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With Modern Word Processing there is no excuse for poor grammar (or wordy responses)

The irony of writing a piece on word processing skills and selection criteria, when selection criteria are by nature always wordy and hard to understand,  is not lost on me.

I covered in a recent blog one of the OpenAI/ChatGPT tools summarize for a 2nd grader which I recommend as a fantastic way to translate the wordy selection criteria into something you can understand and give an example of.

With the elephant in the room acknowledged, the readability of your answer is important. There is no better selection criteria response for good written communication skills than a well written response. It is arguable that there should never be a selection criterion for good written communication in a written document. Moving on though.

Why Is a Good Written Response Important?

There are a lot of factors that make a good written response important including:

  • Word and page limits,
  • Communicating your message and skills,
  • Answering the question not telling an irrelevant story,

Why are communicating your skills and answering the question important to written communication, not just the selection criteria process? It’s because that is what written communication is about at the end of the day.  It’s not about the documents you’ve written.  If you have written a 60,000 – 80,000 word PhD thesis, that’s great. If your written communication is demonstrated in taking notes in a medical setting so other staff know what you’ve done after you’ve left for the day, that’s equally important. If your written communication is file making in a office setting that’s an equally good example.

Elements of Effective Written Communication

The elements of effective written communication (not long documents or manuals etc) include:

  • Connection,
  • Clarity and Conciseness,
  • Correctness,
  • Clearly define your goal,
  • Use plain English,
  • Keep it short and to the point, and,
  • Use active voice.

There will be other definitions on Google so feel free to have a browse but that a list I like and as a panel member what I would be looking for.

If you can display those elements in the documents you write, then use those as your example. The focus is as always your example, not the nature of what you’re writing.  

Learn in Detail How to write a selection criteria response

Click below to view our online courses that don't just teach about word processing. Learn about:

  • How to understand the position
  • How to decode what the criteria are asking you to show
  • How to format using STAR/SAO
  • What the panel are experiencing and how to be easy to pick
  • How to align to the organisations values and mission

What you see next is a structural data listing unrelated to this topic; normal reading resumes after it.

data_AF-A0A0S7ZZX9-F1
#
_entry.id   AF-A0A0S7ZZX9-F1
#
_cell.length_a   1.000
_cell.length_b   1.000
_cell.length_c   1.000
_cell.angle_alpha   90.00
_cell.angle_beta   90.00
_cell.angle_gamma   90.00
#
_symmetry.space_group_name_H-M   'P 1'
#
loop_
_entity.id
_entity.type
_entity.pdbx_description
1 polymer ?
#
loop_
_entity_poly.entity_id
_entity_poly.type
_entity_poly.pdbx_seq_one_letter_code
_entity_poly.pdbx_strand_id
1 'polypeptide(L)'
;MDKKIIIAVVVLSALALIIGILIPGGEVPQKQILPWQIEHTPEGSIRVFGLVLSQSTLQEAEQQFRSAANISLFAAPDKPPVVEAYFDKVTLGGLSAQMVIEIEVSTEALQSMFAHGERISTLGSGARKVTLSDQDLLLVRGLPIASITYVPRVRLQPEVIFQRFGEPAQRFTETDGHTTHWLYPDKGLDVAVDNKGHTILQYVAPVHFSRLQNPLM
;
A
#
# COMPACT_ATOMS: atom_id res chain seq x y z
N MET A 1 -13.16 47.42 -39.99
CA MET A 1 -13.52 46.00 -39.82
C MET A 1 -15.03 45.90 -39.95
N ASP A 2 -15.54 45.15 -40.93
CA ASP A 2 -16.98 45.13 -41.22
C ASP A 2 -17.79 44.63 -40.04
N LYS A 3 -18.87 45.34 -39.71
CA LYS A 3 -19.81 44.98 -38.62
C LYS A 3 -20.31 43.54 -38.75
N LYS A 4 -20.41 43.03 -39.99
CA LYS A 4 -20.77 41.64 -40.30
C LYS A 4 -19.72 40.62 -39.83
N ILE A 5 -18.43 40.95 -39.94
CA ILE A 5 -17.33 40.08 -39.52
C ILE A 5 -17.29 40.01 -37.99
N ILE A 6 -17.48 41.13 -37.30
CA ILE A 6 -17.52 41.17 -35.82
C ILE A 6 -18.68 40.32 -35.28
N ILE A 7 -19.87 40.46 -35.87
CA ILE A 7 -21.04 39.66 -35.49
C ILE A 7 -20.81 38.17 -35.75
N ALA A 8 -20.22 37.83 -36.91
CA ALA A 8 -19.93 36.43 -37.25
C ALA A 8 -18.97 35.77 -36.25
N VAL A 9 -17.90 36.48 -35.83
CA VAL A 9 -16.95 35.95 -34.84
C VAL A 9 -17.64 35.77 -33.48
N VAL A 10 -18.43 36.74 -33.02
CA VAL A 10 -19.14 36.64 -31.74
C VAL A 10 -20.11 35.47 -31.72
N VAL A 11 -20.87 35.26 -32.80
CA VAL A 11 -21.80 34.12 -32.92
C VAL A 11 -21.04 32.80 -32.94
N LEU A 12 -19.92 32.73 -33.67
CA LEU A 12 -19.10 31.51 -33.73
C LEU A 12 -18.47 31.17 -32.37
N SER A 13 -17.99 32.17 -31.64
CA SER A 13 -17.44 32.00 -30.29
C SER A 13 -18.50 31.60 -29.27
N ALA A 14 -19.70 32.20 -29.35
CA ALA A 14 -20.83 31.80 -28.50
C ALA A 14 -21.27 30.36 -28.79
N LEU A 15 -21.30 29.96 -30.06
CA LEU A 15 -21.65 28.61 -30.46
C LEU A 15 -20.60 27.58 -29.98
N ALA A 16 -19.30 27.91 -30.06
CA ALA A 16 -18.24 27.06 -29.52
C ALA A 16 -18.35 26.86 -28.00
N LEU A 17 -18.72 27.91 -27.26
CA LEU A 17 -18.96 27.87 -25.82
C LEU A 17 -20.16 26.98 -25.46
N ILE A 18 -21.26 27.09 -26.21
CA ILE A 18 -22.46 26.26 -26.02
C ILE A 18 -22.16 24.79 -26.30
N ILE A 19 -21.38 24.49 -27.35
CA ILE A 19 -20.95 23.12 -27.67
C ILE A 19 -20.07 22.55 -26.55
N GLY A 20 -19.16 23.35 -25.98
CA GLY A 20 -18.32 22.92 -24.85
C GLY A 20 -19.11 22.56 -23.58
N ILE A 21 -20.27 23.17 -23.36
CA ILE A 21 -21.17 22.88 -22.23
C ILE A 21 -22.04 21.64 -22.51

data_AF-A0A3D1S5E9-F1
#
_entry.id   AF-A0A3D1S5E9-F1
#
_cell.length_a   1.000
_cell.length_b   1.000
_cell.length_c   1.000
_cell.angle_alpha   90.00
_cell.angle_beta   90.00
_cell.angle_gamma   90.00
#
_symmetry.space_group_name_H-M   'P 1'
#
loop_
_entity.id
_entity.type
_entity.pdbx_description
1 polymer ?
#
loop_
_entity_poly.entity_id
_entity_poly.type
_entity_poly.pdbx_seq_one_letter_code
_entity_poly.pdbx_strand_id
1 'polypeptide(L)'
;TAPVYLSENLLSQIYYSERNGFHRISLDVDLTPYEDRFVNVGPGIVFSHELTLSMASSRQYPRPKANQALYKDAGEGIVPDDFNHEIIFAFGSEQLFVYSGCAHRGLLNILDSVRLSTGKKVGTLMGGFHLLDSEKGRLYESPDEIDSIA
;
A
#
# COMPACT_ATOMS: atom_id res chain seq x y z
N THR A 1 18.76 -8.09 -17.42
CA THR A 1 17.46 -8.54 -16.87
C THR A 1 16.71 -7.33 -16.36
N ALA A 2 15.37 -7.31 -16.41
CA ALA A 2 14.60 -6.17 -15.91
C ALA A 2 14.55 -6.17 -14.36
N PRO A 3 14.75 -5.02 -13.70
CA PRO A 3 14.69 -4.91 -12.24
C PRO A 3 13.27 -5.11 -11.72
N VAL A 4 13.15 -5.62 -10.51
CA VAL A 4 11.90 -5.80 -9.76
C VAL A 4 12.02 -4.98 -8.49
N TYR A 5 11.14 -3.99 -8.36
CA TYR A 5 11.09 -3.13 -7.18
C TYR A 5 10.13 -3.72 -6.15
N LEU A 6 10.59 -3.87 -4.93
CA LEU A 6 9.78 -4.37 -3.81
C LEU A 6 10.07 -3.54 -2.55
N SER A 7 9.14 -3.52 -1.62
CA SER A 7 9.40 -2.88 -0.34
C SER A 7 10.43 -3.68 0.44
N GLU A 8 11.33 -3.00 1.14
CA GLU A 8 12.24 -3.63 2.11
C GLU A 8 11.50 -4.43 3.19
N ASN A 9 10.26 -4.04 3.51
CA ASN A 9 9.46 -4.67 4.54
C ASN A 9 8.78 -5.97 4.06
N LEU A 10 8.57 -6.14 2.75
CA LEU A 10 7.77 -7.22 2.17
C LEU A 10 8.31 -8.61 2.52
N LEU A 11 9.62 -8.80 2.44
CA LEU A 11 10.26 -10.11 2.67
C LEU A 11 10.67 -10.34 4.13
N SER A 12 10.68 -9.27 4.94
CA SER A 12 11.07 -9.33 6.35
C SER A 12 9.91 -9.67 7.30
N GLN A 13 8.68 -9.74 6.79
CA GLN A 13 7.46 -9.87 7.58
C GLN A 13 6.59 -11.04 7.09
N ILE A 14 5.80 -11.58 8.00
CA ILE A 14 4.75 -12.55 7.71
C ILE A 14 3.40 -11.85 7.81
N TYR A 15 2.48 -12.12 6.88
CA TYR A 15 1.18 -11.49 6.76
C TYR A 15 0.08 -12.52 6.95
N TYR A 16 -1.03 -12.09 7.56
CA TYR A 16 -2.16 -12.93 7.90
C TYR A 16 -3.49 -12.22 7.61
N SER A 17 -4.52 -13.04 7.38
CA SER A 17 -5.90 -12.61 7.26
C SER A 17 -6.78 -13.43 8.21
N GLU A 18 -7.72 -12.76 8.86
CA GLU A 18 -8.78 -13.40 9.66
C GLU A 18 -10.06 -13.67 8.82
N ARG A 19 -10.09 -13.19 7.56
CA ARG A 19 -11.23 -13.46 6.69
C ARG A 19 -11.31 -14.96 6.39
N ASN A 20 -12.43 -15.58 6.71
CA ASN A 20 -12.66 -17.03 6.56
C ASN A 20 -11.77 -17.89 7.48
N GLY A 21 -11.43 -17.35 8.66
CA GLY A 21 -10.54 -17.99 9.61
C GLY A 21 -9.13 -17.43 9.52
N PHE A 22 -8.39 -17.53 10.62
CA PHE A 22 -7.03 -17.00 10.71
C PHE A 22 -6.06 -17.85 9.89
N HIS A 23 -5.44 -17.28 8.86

• How to pick your best examples to show your skills, and,
  • Things to never do.
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The Role of Word Processing in Selection Criteria Writing

As an employer I expect people can write, but it’s 2023 and lets be honest, the technology we all use to write helps us write. The blogs I write here, I write in a word processor then check with Yoast SEO for a bunch of reasons.

I can write well, but there are tools I can use to write better, so I use them.  It will be a very strange day I ask someone to submit something to me handwritten; a day I cannot see happening.

Lets look at word processing skills and selection criteria:

Role #1

The first thing your word processor will do is help you use plain English and keep it short and to the point.  If you’re not showing corrections and suggestions as you type, turn it on now in order to make you writing better:

In order to – arrgghh.  Make your writing better?

How about “Show corrections and suggestions as you type to improve your writing” as opposed to “If you’re not showing corrections and suggestions as you type, turn it on now in order to make you writing better”. 50% less words, same meaning.

For those who caught the “as opposed to” well done. Use versus.

Role #2

Lose the waffle words!

Who remembers the hours long daily updates provided by politicians in the early days of COVID? Yes they were political opportunities to get in front of the people but hours a day every single day to update what was going on was not needed. I don’t know how much of those were scripted and how much was off the cuff, but it was the verbal equivalent of death by waffle words.

If you catch yourself writing any of these sorts of words, stop and try again:

  • above-mentioned,
  • aforementioned,
  • foregoing,
  • henceforth,
  • hereafter,
  • herein thereafter
  • hereby,